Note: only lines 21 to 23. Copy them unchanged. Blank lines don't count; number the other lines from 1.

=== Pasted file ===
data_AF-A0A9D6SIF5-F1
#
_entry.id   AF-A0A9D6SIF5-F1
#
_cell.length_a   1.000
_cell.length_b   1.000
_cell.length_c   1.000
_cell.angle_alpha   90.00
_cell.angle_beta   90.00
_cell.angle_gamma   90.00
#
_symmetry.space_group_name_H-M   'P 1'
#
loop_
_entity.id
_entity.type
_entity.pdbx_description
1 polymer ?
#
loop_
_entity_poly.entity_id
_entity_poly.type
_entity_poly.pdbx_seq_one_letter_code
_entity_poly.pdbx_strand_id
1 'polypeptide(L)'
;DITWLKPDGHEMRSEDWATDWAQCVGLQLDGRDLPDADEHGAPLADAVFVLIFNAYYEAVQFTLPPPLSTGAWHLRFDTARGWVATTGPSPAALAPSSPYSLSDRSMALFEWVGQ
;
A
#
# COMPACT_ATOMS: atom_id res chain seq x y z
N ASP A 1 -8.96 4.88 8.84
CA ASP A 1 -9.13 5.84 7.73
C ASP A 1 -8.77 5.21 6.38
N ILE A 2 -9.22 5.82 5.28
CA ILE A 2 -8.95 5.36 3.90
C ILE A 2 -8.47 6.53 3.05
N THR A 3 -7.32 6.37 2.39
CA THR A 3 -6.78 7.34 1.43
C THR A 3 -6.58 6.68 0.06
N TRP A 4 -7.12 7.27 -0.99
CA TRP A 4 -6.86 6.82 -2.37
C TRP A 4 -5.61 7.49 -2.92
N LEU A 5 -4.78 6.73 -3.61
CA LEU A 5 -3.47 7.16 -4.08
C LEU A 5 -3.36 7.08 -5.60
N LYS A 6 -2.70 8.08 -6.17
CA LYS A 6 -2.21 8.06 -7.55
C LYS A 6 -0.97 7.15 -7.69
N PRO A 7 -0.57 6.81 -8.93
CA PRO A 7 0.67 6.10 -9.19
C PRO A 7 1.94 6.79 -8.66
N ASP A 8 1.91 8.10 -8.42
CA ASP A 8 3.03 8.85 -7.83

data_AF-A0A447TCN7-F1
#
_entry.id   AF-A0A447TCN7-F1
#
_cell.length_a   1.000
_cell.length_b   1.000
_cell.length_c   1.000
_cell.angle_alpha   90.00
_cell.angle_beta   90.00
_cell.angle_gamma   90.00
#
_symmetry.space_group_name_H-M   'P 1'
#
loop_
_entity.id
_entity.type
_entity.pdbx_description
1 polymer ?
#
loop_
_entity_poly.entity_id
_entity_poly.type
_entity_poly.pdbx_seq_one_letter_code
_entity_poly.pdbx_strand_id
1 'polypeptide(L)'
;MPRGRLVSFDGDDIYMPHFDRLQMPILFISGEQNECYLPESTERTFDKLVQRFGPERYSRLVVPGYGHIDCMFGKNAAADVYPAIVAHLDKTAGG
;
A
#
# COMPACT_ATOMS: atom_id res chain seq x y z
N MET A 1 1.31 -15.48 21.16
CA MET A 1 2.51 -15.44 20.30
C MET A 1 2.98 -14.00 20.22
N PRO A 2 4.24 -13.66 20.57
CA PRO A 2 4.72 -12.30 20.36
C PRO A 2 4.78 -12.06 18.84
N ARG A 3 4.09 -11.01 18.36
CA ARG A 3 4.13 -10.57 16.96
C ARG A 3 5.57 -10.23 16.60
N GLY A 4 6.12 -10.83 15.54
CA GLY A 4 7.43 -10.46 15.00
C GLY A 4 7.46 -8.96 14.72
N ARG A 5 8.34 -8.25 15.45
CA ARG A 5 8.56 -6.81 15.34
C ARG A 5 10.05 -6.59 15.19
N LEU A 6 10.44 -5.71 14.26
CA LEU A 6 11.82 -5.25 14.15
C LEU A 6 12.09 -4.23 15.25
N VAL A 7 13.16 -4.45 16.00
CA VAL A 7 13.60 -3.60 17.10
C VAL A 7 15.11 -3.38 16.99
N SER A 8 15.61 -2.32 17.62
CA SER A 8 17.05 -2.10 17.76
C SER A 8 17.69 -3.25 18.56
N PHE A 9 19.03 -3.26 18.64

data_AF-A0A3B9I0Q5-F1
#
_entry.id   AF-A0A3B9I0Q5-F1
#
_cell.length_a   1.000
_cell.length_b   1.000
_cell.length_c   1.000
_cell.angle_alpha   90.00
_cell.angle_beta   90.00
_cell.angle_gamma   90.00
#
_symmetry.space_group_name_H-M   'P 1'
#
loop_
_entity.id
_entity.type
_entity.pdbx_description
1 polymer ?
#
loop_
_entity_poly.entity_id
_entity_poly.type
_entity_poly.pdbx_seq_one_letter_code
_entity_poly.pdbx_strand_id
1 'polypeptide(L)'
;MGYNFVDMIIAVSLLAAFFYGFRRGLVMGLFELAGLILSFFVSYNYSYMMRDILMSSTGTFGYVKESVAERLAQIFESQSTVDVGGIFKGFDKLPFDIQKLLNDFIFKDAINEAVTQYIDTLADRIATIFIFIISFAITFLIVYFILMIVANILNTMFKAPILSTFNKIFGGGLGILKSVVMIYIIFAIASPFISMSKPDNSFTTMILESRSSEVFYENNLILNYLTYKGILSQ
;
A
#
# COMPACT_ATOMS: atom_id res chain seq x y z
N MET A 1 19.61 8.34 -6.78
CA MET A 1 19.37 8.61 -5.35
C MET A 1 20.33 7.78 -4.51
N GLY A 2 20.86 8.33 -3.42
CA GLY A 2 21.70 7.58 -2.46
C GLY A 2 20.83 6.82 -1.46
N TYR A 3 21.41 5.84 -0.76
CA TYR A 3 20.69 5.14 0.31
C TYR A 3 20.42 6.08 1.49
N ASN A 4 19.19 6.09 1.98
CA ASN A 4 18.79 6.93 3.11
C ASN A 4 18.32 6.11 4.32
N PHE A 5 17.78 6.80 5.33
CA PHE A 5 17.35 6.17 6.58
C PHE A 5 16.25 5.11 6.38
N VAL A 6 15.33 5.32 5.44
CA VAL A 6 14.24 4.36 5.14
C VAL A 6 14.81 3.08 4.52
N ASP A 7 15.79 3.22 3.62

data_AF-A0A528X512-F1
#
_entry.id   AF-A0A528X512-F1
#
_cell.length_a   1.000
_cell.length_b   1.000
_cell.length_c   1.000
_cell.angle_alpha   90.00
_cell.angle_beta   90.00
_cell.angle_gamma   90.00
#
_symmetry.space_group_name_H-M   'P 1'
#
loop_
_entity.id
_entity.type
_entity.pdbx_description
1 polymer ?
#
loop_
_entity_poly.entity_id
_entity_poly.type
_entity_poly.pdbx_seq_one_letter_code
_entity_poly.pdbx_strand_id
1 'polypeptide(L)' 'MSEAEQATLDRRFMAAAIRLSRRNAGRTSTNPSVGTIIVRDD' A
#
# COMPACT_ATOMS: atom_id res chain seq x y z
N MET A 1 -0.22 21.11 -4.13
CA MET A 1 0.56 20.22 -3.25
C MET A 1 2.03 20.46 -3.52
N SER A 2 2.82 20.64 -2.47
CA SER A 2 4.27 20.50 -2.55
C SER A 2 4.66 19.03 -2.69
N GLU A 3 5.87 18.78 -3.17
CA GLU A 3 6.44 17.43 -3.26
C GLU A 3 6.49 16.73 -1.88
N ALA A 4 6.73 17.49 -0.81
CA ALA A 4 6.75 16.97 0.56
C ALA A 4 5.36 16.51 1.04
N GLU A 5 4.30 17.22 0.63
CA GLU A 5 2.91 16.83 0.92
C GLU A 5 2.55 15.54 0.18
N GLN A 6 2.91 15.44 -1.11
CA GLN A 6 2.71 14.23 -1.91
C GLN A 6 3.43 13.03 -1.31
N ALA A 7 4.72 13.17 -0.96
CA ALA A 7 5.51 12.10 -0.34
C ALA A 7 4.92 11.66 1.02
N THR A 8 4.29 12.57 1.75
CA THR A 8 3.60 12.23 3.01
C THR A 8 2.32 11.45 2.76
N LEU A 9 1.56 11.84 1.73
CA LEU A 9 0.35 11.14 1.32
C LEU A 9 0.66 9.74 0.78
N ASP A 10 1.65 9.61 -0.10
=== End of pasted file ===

_entity_poly.entity_id
_entity_poly.type
_entity_poly.pdbx_seq_one_letter_code